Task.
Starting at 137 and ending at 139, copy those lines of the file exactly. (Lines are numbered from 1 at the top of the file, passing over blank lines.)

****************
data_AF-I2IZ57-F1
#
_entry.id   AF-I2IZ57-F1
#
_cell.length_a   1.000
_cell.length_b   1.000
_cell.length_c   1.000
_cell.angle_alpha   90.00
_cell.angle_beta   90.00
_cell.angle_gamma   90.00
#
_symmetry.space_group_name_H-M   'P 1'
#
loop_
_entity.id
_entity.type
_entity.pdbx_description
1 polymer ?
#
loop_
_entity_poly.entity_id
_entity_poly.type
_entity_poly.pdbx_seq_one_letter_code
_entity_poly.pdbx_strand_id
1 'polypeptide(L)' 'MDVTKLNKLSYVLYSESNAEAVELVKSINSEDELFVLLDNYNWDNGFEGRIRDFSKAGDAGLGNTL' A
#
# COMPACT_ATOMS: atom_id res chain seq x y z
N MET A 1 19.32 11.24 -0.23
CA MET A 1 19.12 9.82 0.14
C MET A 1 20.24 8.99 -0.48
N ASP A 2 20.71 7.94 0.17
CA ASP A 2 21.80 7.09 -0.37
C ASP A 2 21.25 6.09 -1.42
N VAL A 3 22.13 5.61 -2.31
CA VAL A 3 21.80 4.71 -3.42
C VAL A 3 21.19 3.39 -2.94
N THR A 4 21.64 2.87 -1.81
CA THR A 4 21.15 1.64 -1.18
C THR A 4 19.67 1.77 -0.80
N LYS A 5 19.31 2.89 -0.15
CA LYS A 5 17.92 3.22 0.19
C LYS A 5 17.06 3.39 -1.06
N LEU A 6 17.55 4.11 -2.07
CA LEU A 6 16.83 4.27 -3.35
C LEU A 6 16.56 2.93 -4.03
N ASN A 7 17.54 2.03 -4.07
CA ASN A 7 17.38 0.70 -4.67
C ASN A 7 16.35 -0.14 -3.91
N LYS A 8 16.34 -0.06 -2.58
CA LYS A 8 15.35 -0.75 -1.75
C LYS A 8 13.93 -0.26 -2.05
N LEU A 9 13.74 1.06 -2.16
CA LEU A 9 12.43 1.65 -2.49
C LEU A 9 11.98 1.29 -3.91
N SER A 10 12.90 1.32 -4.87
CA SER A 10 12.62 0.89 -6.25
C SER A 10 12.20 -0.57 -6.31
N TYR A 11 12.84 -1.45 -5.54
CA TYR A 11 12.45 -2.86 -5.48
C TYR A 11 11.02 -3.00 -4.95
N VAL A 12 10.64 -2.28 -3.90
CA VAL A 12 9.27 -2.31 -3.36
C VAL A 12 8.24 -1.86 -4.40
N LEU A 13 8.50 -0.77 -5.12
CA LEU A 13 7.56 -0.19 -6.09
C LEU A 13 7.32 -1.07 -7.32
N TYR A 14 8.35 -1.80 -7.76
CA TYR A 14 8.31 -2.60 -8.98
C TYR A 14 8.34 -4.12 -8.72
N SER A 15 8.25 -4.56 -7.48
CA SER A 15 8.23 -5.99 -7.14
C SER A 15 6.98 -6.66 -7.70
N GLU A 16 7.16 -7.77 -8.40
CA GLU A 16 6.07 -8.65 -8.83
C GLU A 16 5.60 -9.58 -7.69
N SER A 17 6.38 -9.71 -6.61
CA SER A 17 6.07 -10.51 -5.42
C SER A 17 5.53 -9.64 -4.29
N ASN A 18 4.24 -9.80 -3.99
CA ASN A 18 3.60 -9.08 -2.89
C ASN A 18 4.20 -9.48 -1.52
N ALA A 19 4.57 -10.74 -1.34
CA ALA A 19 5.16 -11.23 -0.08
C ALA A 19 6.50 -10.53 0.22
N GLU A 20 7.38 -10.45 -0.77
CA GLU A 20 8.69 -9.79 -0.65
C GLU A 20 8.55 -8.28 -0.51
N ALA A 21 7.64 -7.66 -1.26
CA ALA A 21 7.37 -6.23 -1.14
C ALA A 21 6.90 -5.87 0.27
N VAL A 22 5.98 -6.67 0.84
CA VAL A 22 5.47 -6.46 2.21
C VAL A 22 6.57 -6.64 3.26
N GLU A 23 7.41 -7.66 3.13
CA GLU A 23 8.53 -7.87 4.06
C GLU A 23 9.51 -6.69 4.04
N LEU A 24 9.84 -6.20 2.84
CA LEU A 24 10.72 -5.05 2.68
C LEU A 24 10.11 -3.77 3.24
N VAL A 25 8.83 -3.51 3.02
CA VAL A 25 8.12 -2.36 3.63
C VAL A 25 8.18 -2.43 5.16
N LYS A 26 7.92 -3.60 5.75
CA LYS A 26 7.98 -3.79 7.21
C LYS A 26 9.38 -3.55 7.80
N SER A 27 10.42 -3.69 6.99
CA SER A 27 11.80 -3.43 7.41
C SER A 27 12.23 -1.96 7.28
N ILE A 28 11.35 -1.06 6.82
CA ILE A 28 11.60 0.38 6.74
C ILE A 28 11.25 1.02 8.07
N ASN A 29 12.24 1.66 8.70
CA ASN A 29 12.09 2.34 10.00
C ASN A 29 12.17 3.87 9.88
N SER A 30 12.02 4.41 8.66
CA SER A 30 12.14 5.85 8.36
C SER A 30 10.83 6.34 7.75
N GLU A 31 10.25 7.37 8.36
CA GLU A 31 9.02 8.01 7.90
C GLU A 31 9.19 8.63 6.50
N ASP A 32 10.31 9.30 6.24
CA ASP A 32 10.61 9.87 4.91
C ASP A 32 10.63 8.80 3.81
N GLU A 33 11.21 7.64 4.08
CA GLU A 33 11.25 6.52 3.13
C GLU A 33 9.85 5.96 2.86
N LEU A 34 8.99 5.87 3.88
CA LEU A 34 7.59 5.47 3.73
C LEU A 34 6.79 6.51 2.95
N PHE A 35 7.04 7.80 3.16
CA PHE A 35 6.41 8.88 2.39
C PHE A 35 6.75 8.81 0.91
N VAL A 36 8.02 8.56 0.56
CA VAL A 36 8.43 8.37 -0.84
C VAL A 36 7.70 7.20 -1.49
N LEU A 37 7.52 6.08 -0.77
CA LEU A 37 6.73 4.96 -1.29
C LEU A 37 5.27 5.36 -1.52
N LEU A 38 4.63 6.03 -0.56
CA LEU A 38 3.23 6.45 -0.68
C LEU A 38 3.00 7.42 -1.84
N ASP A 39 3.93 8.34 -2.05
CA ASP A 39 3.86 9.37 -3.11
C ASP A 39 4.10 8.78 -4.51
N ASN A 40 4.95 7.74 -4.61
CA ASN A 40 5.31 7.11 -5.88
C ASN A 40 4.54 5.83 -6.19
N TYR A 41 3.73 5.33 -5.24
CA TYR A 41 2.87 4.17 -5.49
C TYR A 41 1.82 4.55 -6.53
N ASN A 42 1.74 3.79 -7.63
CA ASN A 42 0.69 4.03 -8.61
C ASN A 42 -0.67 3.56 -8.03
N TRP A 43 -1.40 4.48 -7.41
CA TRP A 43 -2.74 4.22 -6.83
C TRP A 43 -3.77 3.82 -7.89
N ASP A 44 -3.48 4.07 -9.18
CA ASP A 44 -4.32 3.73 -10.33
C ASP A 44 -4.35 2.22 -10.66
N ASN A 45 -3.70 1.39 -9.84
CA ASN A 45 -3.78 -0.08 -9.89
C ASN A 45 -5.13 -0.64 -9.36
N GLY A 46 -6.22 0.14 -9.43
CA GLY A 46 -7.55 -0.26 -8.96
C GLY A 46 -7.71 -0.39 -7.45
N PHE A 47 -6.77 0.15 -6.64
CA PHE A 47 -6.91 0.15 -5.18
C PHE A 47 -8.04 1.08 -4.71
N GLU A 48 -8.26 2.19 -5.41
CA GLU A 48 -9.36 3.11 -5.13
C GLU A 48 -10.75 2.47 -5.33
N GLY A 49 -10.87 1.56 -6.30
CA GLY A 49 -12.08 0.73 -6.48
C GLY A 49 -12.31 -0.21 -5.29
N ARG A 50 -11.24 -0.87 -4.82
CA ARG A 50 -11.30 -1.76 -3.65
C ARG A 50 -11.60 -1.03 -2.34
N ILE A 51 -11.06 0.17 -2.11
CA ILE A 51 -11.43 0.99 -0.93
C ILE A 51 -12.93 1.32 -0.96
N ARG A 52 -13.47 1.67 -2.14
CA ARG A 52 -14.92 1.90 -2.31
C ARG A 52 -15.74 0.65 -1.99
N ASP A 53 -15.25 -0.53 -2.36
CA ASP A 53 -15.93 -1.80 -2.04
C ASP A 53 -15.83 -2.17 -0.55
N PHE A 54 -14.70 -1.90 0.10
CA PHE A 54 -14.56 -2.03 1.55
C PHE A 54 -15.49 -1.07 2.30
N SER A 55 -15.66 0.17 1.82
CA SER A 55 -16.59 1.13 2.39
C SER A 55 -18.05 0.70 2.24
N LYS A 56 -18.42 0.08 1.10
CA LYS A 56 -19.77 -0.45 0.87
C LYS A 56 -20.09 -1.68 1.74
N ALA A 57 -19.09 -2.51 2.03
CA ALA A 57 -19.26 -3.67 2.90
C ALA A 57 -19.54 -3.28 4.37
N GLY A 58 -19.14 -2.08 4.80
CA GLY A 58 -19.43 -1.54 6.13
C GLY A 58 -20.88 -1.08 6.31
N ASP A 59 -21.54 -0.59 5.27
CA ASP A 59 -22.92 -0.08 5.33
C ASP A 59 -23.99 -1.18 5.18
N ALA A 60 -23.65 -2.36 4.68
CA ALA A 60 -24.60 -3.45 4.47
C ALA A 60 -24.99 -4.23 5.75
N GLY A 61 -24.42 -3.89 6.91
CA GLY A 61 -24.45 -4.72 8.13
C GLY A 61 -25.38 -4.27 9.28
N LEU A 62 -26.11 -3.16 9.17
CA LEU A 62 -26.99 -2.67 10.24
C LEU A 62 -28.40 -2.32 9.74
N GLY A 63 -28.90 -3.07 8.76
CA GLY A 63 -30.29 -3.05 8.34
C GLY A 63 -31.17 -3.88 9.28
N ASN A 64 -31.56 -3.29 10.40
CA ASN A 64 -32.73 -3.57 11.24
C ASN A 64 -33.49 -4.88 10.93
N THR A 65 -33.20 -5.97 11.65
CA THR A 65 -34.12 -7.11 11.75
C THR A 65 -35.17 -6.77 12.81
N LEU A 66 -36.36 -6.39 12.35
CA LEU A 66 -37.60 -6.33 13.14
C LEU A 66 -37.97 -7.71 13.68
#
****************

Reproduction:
CA LEU A 37 6.73 4.96 -1.29
C LEU A 37 5.27 5.36 -1.52
N LEU A 38 4.63 6.03 -0.56